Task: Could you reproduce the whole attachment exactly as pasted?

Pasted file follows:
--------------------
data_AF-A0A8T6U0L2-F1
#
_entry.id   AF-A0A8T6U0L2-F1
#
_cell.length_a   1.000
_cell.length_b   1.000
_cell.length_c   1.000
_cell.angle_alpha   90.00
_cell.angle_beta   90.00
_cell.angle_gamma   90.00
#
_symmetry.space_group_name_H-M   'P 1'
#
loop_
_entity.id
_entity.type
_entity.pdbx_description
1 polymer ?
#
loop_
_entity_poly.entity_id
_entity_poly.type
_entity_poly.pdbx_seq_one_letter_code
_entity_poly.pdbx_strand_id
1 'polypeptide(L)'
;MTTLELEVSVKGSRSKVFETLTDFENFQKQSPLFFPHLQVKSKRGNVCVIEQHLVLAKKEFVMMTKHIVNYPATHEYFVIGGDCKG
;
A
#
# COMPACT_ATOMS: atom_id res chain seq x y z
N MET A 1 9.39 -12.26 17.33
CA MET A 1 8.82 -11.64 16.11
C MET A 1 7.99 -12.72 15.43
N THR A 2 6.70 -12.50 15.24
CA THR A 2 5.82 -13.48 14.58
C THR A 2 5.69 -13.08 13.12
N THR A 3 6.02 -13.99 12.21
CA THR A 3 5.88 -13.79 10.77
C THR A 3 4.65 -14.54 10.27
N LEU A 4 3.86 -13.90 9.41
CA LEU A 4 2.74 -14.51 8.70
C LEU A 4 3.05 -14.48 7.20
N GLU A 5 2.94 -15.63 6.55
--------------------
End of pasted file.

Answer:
data_AF-A0A8T6U0L2-F1
#
_entry.id   AF-A0A8T6U0L2-F1
#
_cell.length_a   1.000
_cell.length_b   1.000
_cell.length_c   1.000
_cell.angle_alpha   90.00
_cell.angle_beta   90.00
_cell.angle_gamma   90.00
#
_symmetry.space_group_name_H-M   'P 1'
#
loop_
_entity.id
_entity.type
_entity.pdbx_description
1 polymer ?
#
loop_
_entity_poly.entity_id
_entity_poly.type
_entity_poly.pdbx_seq_one_letter_code
_entity_poly.pdbx_strand_id
1 'polypeptide(L)'
;MTTLELEVSVKGSRSKVFETLTDFENFQKQSPLFFPHLQVKSKRGNVCVIEQHLVLAKKEFVMMTKHIVNYPATHEYFVIGGDCKG
;
A
#
# COMPACT_ATOMS: atom_id res chain seq x y z
N MET A 1 9.39 -12.26 17.33
CA MET A 1 8.82 -11.64 16.11
C MET A 1 7.99 -12.72 15.43
N THR A 2 6.70 -12.50 15.24
CA THR A 2 5.82 -13.48 14.58
C THR A 2 5.69 -13.08 13.12
N THR A 3 6.02 -13.99 12.21
CA THR A 3 5.88 -13.79 10.77
C THR A 3 4.65 -14.54 10.27
N LEU A 4 3.86 -13.90 9.41
CA LEU A 4 2.74 -14.51 8.70
C LEU A 4 3.05 -14.48 7.20
N GLU A 5 2.94 -15.63 6.55